An upscale retirement community in Port Washington, stung by slow sales after the Great Recession, is renegotiating debt payments in hopes of avoiding bankruptcy, according to its top executive.
The Amsterdam at Harborside opened in 2010 as the local real estate market was still struggling following the recession, and homes were selling for far less than a few years earlier. This meant fewer retirees had the money to pay the not-for-profit's entrance fee, which ranged from $550,000 to $1.4 million during the initial selling period.
The Amsterdam now faces a cash crunch as a result, chief executive Jim Davis told the Nassau County Industrial Development Agency this week. He and others are attempting to hammer out an agreement with the 1,000 individuals and entities that own nearly $300 million in bonds used to build the continuing-care complex.
If an agreement isn't reached with all the bondholders, Davis said, the Amsterdam would soon seek protection from its creditors under Chapter 11 of the U.S. Bankruptcy Code.
The Amsterdam's assets totaled $308 million against liabilities of $427 million in 2012, according to its most recent audit.
Earlier this week, the retirement community secured about $550,000 in property tax savings over nine years from the IDA. The help was on top of a 25-year property tax break granted by the IDA in 2007, when it also issued the bonds.
Joseph J. Kearney, the IDA's executive director, said it provided more tax relief because seniors would likely lose their life's savings if the facility shut down. He also said 173 jobs were at stake.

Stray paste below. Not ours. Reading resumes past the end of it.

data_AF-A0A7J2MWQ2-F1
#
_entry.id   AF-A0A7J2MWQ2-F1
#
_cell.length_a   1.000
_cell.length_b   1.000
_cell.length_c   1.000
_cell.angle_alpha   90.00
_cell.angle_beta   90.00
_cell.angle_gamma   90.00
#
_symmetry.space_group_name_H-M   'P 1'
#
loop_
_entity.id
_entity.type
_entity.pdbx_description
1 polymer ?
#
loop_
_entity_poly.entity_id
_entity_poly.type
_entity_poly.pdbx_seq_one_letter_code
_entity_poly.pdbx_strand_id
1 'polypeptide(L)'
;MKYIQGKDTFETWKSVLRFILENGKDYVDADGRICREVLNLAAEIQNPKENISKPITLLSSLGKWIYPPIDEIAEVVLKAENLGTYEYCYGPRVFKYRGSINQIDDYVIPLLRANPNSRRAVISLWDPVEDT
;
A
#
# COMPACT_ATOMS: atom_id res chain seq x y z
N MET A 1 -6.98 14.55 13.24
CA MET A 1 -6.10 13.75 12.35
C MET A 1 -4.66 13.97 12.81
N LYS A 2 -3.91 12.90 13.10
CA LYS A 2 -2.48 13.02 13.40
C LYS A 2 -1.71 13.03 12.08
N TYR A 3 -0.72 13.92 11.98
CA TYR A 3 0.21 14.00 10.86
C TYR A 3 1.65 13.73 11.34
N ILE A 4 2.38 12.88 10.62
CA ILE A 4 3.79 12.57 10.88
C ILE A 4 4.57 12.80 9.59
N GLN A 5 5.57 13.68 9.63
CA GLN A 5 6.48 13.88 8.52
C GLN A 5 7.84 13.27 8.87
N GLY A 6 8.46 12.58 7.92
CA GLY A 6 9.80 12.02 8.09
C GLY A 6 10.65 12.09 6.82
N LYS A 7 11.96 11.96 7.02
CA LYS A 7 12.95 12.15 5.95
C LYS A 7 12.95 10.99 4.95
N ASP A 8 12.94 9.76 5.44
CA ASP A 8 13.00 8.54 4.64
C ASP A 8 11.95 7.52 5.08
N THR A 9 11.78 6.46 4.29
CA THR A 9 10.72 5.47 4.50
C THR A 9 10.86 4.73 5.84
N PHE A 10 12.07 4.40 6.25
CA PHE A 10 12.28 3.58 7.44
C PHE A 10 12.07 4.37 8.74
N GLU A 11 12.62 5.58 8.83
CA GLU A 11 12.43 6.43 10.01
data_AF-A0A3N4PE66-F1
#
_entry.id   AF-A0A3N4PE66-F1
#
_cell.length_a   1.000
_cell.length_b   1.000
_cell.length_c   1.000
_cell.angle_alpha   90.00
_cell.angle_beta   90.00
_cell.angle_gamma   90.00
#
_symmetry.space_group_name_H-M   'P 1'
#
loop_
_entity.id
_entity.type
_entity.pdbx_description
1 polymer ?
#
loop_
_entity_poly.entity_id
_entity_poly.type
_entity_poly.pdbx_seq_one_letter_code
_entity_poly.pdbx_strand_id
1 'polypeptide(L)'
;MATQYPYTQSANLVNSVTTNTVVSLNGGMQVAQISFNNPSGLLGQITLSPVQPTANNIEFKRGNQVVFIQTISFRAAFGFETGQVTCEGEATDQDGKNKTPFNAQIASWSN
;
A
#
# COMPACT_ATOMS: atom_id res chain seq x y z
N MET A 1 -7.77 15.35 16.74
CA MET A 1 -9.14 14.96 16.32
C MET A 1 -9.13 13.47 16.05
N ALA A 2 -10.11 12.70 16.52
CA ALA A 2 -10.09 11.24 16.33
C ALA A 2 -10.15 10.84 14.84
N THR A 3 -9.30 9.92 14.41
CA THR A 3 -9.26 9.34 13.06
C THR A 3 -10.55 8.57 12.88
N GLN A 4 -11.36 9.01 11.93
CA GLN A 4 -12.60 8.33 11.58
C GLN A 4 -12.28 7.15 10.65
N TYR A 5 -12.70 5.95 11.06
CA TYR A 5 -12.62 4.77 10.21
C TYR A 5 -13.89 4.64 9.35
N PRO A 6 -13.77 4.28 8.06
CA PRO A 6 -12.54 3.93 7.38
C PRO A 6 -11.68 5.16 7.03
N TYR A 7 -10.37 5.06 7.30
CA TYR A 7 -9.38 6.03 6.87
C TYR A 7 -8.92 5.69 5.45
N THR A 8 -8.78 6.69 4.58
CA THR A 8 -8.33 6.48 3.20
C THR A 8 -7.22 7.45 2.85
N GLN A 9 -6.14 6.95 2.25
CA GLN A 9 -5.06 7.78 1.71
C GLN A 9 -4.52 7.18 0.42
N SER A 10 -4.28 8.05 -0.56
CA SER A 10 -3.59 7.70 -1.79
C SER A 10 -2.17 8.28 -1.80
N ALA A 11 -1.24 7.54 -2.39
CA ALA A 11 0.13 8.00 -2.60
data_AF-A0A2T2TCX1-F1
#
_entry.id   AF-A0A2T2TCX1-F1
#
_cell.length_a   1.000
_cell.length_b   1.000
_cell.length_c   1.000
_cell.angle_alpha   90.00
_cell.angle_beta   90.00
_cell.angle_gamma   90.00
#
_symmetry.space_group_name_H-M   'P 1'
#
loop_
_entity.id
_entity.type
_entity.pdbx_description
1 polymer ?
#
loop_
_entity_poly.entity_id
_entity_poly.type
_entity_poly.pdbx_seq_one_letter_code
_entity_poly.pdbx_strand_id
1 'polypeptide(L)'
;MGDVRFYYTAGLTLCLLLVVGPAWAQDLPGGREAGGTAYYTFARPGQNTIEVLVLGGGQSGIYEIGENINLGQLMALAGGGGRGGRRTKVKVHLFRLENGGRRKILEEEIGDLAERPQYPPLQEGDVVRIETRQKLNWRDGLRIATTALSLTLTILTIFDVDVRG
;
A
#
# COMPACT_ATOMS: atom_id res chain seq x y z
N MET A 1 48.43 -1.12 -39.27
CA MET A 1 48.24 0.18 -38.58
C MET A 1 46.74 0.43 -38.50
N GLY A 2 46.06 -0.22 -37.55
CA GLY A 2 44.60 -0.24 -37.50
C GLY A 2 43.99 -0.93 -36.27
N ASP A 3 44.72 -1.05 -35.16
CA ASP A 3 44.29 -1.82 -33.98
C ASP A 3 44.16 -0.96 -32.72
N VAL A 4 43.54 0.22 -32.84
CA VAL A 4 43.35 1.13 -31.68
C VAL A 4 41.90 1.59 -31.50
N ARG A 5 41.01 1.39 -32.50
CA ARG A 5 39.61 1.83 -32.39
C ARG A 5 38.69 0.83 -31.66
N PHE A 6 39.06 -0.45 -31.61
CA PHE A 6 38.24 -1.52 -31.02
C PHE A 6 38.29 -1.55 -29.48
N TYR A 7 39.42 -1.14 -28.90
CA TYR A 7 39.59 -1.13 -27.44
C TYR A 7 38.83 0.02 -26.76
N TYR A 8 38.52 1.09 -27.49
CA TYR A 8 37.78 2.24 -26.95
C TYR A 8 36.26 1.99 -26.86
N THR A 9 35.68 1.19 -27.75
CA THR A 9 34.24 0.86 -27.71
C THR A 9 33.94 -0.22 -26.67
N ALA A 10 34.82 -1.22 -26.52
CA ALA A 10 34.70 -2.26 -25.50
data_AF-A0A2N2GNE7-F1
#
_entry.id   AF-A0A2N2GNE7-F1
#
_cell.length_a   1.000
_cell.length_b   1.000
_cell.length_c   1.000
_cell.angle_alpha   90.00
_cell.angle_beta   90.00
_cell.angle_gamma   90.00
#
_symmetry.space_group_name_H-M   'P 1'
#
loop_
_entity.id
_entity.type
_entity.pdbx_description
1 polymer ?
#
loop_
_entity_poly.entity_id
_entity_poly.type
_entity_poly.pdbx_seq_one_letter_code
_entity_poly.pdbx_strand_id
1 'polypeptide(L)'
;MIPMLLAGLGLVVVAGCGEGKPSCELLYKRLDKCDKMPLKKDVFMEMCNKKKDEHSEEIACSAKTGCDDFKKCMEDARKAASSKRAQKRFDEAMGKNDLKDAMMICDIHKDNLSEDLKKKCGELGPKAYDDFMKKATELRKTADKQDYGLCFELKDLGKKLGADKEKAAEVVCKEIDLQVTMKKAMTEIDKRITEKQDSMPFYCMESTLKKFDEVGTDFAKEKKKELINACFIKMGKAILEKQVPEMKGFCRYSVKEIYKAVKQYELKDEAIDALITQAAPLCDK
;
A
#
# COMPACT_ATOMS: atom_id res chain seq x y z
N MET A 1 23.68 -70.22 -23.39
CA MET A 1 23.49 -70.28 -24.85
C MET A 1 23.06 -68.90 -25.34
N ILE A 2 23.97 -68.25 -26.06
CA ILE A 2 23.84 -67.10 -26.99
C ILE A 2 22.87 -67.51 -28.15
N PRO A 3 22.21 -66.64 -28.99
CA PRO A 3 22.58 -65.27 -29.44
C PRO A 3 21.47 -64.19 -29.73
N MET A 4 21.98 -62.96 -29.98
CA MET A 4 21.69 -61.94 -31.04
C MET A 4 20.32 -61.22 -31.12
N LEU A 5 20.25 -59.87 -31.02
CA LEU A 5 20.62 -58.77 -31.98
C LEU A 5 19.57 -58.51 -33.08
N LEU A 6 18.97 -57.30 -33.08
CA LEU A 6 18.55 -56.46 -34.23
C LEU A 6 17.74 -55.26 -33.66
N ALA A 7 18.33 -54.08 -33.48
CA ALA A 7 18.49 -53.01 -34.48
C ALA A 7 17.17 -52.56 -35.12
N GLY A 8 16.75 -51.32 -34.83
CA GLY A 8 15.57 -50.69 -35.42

Davis, the Amsterdam's chief, told the IDA board, "We are optimistic about our future."
He said any bankruptcy filing would be "prepackaged," meaning the facility's finances would be restructured and it would quickly exit bankruptcy while continuing to operate.
Davis also said 332 retirees now live in the independent-living apartments and penthouses, assisted living units and nursing home, some of which have a view of Hempstead Harbor. There has been a recent increase in the number of seniors entering the facility, but he said that wasn't sufficient to overcome the recession's impact.
"We opened at a very bad time," Davis said. "Residents usually sell their home to pay the entrance fee, and many either couldn't sell or get what they needed. The fill-up [of units] didn't happen as we expected."
He predicted 199 of the 229 apartments would be filled by the end of this month. That's six years after a marketing director for the Amsterdam claimed in a published report that 90 percent of the units had been sold.
In addition to the entrance fee, seniors pay a monthly maintenance fee of several thousand dollars for amenities such as meals, a heated indoor pool and underground parking.
One credit-rating agency warned in 2007 that the housing slump on Long Island could undermine the Amsterdam. "The high-end nature of the project . . . could result in pressure on turnover should the housing market continue to erode," Fitch Ratings wrote in an investment report.
This week, Kearney, the IDA director, urged Amsterdam executives to move swiftly to resolve its financial problems: "A year out, we wouldn't look kindly on you if the debt hasn't been restructured."